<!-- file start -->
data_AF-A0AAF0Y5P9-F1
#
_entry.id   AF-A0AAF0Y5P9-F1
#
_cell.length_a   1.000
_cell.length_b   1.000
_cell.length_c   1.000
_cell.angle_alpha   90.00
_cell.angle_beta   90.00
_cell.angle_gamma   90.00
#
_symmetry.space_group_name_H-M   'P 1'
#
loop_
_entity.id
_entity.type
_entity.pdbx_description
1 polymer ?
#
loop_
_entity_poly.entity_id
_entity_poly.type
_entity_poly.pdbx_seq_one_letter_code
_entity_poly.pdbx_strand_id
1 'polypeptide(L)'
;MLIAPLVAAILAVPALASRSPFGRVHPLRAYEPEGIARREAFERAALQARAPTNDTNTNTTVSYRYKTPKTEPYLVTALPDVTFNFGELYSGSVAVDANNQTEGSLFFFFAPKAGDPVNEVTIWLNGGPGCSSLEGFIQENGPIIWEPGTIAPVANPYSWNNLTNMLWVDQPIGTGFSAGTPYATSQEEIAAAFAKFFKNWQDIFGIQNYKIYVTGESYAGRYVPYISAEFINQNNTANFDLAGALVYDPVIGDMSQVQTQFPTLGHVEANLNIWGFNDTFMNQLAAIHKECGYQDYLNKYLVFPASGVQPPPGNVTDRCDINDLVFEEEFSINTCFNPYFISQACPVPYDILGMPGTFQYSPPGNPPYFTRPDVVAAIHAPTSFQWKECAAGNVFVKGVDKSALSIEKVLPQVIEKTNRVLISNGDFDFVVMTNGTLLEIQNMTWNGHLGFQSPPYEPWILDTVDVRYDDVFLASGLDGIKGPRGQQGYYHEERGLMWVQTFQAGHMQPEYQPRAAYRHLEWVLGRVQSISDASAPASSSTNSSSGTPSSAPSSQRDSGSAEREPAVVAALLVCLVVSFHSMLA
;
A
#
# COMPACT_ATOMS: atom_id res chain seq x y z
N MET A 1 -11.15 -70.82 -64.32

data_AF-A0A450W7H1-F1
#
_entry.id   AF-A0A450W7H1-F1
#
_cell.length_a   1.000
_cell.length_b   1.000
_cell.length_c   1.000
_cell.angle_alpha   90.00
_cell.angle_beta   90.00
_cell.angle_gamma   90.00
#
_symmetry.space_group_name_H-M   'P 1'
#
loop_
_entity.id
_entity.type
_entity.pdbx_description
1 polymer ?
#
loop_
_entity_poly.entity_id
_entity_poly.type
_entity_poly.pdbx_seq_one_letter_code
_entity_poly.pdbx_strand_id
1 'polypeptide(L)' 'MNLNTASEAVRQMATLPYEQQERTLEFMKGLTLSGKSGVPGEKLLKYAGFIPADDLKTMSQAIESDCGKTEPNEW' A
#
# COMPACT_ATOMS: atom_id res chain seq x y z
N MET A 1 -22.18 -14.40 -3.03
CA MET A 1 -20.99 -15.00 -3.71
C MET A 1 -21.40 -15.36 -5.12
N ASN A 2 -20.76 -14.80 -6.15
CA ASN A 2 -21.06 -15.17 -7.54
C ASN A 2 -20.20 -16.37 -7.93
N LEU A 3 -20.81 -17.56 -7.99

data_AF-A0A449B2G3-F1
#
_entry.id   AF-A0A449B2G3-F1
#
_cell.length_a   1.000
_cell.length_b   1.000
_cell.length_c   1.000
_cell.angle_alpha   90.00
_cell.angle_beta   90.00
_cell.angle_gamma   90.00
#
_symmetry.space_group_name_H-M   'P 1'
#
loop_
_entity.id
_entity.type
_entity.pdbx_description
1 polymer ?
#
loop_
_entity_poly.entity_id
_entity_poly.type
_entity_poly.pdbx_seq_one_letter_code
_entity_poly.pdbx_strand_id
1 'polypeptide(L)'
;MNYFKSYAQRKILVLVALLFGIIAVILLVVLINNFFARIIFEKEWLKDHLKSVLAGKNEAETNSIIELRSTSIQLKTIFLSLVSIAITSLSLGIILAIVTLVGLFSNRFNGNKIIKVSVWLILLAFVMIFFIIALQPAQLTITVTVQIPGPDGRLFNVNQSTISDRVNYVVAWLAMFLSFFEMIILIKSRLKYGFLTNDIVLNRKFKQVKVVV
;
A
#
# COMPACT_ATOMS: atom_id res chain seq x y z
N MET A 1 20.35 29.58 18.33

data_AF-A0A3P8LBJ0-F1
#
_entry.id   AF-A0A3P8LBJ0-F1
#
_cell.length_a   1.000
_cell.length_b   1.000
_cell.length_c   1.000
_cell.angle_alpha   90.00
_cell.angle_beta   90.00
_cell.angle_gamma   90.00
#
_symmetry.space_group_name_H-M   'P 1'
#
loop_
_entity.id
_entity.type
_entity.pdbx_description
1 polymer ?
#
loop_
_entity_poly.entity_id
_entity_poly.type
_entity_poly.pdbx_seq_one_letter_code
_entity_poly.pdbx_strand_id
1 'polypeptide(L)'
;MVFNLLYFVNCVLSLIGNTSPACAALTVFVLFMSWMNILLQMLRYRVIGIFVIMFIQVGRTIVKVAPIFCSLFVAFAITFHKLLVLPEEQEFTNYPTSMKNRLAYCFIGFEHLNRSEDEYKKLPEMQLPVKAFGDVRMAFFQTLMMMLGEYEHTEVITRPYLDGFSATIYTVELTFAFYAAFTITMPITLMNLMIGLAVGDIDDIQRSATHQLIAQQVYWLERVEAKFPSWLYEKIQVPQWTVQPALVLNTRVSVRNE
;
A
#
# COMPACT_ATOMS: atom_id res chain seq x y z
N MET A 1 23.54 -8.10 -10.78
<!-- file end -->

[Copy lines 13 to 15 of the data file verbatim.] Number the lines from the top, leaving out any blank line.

#
loop_
_entity.id